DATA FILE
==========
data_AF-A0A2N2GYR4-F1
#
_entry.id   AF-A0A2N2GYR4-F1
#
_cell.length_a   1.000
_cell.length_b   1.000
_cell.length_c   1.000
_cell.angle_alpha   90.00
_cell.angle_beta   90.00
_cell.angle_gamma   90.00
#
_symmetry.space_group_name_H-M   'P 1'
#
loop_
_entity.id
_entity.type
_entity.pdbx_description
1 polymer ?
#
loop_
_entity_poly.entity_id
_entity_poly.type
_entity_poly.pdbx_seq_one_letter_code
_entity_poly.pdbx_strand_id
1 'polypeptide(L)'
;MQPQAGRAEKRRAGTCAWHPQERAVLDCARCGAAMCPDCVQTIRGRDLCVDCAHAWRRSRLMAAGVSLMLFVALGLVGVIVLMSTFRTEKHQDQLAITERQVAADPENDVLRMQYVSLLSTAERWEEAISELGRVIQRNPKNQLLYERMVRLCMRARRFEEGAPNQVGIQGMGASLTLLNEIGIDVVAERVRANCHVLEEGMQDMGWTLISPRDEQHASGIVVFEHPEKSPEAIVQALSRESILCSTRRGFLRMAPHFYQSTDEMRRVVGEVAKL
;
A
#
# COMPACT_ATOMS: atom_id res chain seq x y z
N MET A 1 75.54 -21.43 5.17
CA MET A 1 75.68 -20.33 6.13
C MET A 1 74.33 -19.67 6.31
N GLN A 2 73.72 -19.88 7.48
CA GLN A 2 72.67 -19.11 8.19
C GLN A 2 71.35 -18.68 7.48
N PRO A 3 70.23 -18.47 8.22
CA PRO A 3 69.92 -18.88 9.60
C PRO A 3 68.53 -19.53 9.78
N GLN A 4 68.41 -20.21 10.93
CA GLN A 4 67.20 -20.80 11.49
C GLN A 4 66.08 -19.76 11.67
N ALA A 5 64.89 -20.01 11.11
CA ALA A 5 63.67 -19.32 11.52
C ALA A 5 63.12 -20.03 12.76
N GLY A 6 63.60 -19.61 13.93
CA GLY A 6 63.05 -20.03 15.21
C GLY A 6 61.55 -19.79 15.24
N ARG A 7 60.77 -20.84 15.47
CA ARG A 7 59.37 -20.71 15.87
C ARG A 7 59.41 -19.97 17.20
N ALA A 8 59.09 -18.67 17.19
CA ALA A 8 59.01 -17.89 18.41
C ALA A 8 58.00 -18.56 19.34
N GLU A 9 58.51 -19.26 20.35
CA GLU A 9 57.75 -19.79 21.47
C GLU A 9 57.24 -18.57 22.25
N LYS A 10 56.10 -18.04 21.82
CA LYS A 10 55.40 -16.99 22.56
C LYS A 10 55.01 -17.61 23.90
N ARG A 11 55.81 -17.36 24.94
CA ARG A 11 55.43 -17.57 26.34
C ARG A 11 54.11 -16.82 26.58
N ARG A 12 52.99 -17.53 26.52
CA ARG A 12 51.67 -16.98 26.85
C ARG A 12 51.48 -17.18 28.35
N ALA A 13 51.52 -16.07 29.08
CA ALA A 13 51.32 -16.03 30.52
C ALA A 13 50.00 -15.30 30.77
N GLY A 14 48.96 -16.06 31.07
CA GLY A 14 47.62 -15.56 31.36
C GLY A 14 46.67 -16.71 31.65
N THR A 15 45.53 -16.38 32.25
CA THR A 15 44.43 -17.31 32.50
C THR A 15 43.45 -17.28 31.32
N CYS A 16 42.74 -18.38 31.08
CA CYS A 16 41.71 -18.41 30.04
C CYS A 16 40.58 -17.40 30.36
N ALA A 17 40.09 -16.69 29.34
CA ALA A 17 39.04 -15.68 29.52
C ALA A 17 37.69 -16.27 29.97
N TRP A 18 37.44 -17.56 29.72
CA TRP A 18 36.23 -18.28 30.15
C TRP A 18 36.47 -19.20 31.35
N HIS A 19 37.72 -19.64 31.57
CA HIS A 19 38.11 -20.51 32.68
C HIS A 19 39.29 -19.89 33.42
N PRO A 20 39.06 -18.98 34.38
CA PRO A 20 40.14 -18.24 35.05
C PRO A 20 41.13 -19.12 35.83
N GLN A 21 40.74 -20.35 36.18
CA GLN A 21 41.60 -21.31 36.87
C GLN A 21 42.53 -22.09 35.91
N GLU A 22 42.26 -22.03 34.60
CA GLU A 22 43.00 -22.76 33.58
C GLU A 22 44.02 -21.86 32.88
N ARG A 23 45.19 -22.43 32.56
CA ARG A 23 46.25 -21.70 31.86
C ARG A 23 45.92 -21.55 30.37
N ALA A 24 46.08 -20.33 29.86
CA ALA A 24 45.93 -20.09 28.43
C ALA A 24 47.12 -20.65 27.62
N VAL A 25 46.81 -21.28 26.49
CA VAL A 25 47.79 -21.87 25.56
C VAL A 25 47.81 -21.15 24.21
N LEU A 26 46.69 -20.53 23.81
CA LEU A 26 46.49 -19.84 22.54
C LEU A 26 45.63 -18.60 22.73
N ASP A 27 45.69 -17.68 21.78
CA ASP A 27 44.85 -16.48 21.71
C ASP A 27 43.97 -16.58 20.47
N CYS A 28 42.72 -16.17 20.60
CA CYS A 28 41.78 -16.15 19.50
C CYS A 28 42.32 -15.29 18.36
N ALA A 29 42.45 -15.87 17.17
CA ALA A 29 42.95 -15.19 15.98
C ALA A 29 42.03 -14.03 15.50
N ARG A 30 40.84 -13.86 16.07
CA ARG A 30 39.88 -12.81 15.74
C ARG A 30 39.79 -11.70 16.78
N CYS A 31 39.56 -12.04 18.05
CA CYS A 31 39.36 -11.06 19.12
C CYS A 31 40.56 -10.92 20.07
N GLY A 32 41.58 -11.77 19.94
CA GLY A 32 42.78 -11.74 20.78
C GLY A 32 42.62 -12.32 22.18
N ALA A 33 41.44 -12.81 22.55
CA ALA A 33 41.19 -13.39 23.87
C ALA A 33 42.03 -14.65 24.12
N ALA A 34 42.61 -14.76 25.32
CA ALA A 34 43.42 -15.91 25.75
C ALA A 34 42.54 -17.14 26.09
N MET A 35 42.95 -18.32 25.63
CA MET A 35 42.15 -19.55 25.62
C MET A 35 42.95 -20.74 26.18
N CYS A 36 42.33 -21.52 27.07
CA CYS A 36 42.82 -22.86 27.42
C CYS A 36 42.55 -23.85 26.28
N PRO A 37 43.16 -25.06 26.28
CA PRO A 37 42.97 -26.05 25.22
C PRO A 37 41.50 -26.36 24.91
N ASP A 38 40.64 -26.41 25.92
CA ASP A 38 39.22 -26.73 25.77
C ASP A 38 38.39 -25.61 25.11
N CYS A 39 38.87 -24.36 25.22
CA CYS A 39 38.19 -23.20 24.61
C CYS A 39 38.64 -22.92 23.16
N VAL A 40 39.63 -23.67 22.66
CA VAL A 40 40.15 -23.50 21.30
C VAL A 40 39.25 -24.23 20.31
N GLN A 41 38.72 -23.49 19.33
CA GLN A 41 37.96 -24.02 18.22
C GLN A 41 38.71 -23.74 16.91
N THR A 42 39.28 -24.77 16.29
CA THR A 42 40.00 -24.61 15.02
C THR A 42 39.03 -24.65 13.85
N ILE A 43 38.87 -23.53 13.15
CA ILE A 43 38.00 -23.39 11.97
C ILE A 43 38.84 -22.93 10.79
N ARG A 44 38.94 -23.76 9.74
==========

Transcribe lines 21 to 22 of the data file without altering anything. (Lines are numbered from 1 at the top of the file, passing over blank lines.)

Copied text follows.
_entity_poly.entity_id
_entity_poly.type